Third, understand that each time you re-integrate it may look differently. When Roger was preparing to come home from his second deployment I thought it would be much like the first time we had to re-integrate. After all, he was in charge of the 3 month re-integration classes that all of the families in the 3rd ACR had to go through, and so we did MUCH preparing over the phone before he ever came home. He asked me about my expectations, I asked him about his. We tried to communicate as much as possible, and plan ahead, “be prepared” for the process. He said he wanted to have time to unwind. I said, I’m not sure what to expect, but I will try to tell you as soon as I know (even if I only become aware of it in the moment). We planned ahead more than most people because we went thought the process he was teaching others as he was putting the materials together. But things were often different than what both of us thought. This brings me to number four: 

Be prepared to be flexible. There are so many unknowns, so many things that you can try to plan ahead for- and these preparations are wise and helpful, not to be neglected, by any means. Communicating expectations is a great way to start. As you shared in your own example: He wanted to rest, but you felt that he was relying on you to plan things. You were confused as to your role. So share expectations and anticipated needs, but remember that expectations can change, and unanticipated stresses or events can throw the best made plans off kilter. Pray as you plan– and pray as you adjust the plan to meet the needs of the moment.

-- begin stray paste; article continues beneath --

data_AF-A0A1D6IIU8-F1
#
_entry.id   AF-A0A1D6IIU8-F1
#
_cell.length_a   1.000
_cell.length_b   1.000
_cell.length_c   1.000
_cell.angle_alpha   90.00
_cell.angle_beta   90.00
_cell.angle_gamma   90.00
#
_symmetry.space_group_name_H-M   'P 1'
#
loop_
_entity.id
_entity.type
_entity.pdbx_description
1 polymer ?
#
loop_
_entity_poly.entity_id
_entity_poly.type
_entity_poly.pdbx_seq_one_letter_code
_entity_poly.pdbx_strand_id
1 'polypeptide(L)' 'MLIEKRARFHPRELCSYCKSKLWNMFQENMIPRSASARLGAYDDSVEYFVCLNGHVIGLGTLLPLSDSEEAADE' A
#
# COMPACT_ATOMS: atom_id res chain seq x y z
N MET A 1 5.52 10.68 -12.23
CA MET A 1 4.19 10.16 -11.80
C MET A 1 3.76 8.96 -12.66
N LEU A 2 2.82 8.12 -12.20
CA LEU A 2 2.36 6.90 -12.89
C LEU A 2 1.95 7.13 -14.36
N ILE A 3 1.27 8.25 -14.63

On this note, I have to add that I often find myself in need of a trip to the altar. Not the altar at church, but the altar of my own heart. Like the story of Abraham where God told him to go up the mountain and offer Isaac as a sacrifice to Him. Abraham believed the promise that God had given ONLY through Isaac (He’d certainly learned that lesson the hard way). Abraham believed that God would do something, but that did not lessen the pain of the journey up the mountain. The anticipation of the difficult–no, heart breaking thing he must do.  The temptation is to meet God at the altar with the one we love, and climb up there and plop down next to them. We may be saying something like, “Ok God, do your thing, and I’m here to help you along.”